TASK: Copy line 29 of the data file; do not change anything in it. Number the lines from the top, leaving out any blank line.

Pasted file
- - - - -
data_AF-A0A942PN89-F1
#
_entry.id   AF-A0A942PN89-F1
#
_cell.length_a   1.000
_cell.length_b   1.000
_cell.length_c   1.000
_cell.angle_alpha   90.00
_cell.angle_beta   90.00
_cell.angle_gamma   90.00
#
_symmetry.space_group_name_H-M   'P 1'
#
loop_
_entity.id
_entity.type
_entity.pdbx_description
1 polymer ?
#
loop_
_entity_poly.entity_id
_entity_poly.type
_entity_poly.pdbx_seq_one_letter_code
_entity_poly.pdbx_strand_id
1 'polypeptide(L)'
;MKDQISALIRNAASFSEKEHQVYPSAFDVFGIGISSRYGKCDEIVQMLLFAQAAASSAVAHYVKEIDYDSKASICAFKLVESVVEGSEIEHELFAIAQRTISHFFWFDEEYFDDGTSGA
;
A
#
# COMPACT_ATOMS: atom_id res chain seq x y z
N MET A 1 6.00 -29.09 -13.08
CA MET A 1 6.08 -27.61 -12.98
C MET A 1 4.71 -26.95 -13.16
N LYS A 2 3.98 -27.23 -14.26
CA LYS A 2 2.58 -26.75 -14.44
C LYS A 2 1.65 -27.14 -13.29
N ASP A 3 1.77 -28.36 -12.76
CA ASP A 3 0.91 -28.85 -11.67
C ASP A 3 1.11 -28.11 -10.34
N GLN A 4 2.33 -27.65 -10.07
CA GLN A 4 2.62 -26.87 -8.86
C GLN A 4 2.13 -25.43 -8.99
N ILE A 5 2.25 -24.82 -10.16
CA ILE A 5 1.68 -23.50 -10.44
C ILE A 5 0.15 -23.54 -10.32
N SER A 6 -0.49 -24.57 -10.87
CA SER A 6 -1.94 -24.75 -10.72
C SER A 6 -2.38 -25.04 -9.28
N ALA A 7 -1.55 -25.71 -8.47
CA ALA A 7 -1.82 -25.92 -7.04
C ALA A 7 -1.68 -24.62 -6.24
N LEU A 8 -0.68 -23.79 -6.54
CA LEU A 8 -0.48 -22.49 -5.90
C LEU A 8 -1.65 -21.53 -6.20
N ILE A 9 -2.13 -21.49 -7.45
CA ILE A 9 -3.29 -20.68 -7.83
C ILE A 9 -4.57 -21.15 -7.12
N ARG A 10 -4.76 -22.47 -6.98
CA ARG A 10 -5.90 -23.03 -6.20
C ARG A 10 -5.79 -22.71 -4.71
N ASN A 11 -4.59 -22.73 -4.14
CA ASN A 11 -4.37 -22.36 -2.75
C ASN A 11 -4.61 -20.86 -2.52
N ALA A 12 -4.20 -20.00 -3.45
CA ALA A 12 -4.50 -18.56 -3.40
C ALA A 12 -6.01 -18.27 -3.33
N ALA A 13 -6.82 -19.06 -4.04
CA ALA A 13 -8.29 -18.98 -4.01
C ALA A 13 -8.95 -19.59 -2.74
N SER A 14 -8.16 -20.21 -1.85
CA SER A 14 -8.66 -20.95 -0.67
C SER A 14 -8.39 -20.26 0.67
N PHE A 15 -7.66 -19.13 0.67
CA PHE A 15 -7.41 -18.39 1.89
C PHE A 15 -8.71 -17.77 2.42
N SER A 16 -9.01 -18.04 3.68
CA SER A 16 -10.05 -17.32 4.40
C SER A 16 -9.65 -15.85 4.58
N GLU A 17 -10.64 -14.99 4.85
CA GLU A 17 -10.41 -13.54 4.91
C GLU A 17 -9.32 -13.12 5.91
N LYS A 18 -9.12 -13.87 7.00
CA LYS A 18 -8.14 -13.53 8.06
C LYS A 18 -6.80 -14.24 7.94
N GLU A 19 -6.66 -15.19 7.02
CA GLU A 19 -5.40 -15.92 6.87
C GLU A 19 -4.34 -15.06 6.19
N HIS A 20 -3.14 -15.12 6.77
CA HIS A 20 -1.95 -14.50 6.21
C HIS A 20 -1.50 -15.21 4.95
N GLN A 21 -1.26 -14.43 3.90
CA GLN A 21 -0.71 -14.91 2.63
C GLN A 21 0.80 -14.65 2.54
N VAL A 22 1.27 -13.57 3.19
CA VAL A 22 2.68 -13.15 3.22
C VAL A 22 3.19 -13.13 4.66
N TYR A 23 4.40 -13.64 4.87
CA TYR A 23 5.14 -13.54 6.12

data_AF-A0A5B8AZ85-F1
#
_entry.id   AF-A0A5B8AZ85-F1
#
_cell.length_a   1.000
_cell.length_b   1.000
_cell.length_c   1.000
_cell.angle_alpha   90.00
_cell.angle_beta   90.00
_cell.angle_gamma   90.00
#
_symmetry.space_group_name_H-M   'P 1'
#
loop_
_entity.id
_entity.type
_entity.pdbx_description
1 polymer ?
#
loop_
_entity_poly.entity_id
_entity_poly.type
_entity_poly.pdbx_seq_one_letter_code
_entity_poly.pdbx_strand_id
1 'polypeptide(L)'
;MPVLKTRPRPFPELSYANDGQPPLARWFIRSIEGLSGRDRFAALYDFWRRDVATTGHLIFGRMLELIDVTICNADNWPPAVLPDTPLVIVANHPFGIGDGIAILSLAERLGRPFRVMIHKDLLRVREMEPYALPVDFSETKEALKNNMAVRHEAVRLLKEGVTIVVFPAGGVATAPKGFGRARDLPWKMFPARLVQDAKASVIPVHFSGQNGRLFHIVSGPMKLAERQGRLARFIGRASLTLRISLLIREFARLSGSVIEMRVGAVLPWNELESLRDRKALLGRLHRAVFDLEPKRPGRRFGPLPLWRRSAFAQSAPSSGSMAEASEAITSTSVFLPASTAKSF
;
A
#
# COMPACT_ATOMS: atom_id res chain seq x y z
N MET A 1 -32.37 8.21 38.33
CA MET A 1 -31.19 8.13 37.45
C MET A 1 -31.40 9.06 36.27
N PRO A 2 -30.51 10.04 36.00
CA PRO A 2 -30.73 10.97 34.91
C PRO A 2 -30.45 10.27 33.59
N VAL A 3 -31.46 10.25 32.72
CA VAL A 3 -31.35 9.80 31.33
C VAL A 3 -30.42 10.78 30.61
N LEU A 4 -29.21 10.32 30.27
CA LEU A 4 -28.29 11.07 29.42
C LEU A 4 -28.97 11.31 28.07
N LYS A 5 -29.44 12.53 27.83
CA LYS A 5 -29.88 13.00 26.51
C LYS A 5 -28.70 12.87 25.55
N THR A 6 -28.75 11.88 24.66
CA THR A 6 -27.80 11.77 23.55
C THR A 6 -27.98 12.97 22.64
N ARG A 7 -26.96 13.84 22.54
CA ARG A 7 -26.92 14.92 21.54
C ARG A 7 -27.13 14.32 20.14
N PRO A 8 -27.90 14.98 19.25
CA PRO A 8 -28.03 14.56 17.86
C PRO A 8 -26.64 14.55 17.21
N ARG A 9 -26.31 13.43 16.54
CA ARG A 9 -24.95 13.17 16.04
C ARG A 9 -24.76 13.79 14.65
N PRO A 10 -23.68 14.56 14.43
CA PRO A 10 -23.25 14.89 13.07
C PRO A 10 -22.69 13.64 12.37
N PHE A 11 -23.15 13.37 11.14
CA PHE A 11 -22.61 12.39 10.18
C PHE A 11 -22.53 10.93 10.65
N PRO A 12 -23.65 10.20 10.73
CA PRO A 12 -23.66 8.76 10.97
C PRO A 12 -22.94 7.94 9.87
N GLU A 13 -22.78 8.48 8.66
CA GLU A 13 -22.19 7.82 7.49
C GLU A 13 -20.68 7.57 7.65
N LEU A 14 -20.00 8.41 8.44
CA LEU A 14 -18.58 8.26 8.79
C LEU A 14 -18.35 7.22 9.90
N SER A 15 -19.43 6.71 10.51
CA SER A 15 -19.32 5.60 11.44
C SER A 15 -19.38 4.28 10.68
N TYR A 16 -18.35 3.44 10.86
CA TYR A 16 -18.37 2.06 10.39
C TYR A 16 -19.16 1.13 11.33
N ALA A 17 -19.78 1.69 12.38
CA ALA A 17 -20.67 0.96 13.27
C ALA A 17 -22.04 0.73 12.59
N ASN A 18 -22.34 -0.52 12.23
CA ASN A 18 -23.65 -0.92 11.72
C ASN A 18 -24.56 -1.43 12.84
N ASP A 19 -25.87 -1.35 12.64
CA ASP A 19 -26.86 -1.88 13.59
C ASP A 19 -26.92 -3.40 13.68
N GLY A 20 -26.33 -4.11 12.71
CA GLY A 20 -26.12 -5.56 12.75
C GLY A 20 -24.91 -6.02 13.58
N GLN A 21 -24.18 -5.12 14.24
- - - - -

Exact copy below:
#